Christian Wolinski

MaplePrimes Activity

These are replies submitted by Christian Wolinski

@vv I did not notice the OP was asking for x of y rather than y of x.

@tomleslie Domains was always intended as a directory, with only the base implements, to be augmented by the user.

@Jsevillamol Add this line to the start of the procedure: print('procname(args)'); print('procname');. g is initialized to your GI, for example: op('t[1,2]'); op('u[a]');PrincipalIdeal is part of Domains package. Use showstat(PrincipalIdeal);. I think you will find there the procedure you are trying to write yourself.

@minhhieuh2003 ((n, m)->'log[n]'(m))(a, b*x+c);

@Carl Love What I gave you is an empty example. All it does is count invocations of function g in trivial constructions.

The expression is the fundament of SC. A code is an expression and an expression is a code. This duality makes SC codes easy to read and understand. Composing, manipulating, sampling, evaluating, inspecting, decomposing is first in SC. I am not saying "it is available", I am saying "it is the base". And so as I would expect [[[[[[g[0](0)]]]]]] is same as [[[[[[g[0]]]]]]](0), but unexpectedly [[[[[[g[0](0)(0)]]]]]] I find is not [[[[[[g[0]]]]]]](0)(0) nor [[[[[[g[0](0)]]]]]](0). Even more surprisingly the last two are equal. Ofcourse all of this can be explained by kernel rules but it matters not. What is clear Maple is not SC based. It is OOP based. The consequences can be seen in the results.


My first Maple was 5.4 and it certainly was SC base. They have alluded they would be implementing modules and overloading. I have easily imagined the implements. Why they sacked SC I cannot imagine.

@vv If you do not know what is expected then you can safely assume this cup is not what you would drink. There are other threads where you would contribute instead.

@Carl Love Codes are meant to be legible, understandable, presentable, explainable. If this is intended by the designers, then how is the following interpreted? Please read the code and compare it to the the results. Interpret the code before it executes. I woke myself from my Maple V slumber into this Maple 2017 horror show:


g:=proc() local j; j:=op(procname); j:=g[j+1]; applyop(x->eval(x,2),0,'j(args)'); end;

f(0), f(0)(0), f(0)(0)(0);
f(0), f(0)(0), f(0)(0)(0);
f(0), f(0)(0), f(0)(0)(0);
f(0), f(0)(0), f(0)(0)(0);
f(0), f(0)(0), f(0)(0)(0);
f(0), f(0)(0), f(0)(0)(0);
f(0), f(0)(0), f(0)(0)(0);
f(0), f(0)(0), f(0)(0)(0);


@Carl Love Is it safe to say symbolic computation is dead with Maple?

What is RonanRoutines?

@Ronan How about this:


A := (lhs-rhs)(eq3);
L := ([op]@indets)(%, radext);
R := convert(L, RootOf):
(evala@Norm)(subs(L =~ R, A), {}, indets(R, algnumext));
# or in a case when needed:
subs(R =~ L, (evala@Norm)(subs(L =~ R, A), {}, indets(R, algnumext)));

Thumb if you like.

Can you specify which science, subject produced this matrix?


You can use this code.


cH := proc (x) options operator, arrow; conjugate(x) = abs(x)^2/x end proc;
rH := proc (x) options operator, arrow; x = 2*Re(x)-conjugate(x) end proc;
fe := proc(f) frontend(f, [args[2..-1]],[{Non}({op(procname)}), {}]) end;

A := Matrix([[phi, conjugate(psi), chi, conjugate(rho)], [psi, -conjugate(phi), rho, -conjugate(chi)], [lambda1*phi, conjugate(lambda1)*conjugate(psi), lambda2*chi, conjugate(lambda2)*conjugate(rho)], [lambda1*psi, -conjugate(lambda1)*conjugate(phi), lambda2*rho, -conjugate(lambda2)*conjugate(chi)]]);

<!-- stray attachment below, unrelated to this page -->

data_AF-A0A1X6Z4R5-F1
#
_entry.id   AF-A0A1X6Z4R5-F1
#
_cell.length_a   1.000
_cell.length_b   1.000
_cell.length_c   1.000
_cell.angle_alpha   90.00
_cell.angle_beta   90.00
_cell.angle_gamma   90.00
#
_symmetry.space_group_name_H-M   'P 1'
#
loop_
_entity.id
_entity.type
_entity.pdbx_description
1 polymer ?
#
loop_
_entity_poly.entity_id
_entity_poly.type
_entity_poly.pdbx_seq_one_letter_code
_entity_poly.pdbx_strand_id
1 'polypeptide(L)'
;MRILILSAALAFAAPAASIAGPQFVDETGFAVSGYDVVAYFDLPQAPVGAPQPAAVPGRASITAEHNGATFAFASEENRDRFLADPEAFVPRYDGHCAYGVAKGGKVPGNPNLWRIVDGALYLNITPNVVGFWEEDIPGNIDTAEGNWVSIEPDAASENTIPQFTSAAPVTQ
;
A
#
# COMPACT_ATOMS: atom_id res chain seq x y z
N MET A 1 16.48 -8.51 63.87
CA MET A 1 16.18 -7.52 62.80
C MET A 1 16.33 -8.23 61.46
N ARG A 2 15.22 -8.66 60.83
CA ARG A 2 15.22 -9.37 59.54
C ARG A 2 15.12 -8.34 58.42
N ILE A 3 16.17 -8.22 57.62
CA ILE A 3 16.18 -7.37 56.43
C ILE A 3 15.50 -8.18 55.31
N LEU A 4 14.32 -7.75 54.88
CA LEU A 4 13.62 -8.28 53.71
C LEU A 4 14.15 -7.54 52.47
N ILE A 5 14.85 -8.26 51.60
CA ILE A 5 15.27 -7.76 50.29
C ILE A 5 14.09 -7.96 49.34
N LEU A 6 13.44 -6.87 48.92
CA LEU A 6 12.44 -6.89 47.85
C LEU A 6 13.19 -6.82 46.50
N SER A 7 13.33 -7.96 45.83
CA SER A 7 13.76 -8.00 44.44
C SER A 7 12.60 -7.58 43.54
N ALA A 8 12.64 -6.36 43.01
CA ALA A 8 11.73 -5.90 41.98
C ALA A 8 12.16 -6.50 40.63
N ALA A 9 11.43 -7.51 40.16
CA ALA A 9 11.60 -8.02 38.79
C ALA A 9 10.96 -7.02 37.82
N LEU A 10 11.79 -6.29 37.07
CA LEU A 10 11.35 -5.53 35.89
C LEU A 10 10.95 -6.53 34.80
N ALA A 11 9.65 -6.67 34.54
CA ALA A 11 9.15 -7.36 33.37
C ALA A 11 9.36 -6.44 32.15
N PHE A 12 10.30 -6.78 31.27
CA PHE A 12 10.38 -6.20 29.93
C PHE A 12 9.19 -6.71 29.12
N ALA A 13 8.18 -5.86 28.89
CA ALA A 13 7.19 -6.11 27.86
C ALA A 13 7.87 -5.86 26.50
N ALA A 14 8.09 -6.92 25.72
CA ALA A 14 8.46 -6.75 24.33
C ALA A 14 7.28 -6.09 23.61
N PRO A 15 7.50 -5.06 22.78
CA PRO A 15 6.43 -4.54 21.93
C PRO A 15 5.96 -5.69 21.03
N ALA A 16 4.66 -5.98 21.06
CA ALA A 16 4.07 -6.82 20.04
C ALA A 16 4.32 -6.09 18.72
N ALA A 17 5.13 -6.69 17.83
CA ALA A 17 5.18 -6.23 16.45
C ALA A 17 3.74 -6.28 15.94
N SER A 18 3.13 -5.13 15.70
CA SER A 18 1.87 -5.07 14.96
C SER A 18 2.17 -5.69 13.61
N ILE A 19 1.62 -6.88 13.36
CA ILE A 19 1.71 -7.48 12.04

dA := LinearAlgebra:-Determinant(A);

map(cH, [phi, chi, rho, psi]);
T[1] := map(numer@(lhs-rhs), %), plex((op@map)(lhs, %), (op@map)(op@lhs, %));

map(expand@cH, [lambda1-lambda2, conjugate(lambda1)-(lambda2)]);
T[2] := map(expand@numer@(lhs-rhs), %), plex(op(indets(% ,specfunc(conjugate))), op(indets(% ,specfunc(abs))));

T[3]:=map(expand@numer@(lhs-rhs), %), plex(op(indets(% ,specfunc(conjugate))), op(indets(% ,specfunc(Re))));

fe[specfunc(anything, {conjugate, abs})](expand@simplify, dA, T[1]);
collect(%, abs, distributed, factor);
fe[specfunc(anything, {conjugate, abs})](expand@simplify, %, T[2]);
fe[specfunc(anything, {conjugate, abs, Re})](expand@simplify, %, T[3]);
dA2:=fe[function](collect, %, indets(%, anyfunc(dependent({lambda1, lambda2}))), distributed, factor);

collect(dA2, Re);
coeff(%, Re(conjugate(phi)*conjugate(rho)*chi*psi), 1)+8*Im(lambda1)*Im(lambda2):
(% = expand(convert(%, conjugate)))*Re(conjugate(phi)*conjugate(rho)*chi*psi);
dA3 := collect(dA2-lhs(%), indets(%, anyfunc(dependent({lambda1, lambda2}))));


Thumb if you like.

Following is an example which I consider a failure in symbolic computation. Am I overreacting? It simply demonstrates the fact that unless the parameter is inert (not active like g()) it cannot be safely used in an identity because it may be distributed. 


g := proc(n) global i; local j;
   if not type([i], [integer]) then i := 0; fi;
   j := i;
   i := i + 1;

A := f = a + b + c;
W[1] := 'f'(g());
W[2] := '%' = %;
W[3] := (''f'' = 'f')(g());  


@acer The composition rule demonstrated by Op & Op2 was a clad rule of Maple programming. It holds true in 5.4, it does not hold true in Maple 2017. I did not notice, or maybe I forgot. I am interested to know when this change was implemented. Where is this announced, where is the narrative for this change?

So which versions fail this and how is this explained. I feel like this is an old issue.

Edit: the results wont be equal, but they should be similar.


Op := proc(R,F)
 a := R, R;

Op2 := proc(R,F)
 a := R, R;
 a := a();

([Op] = [Op2])(rand(1 .. 9), [f, f]);


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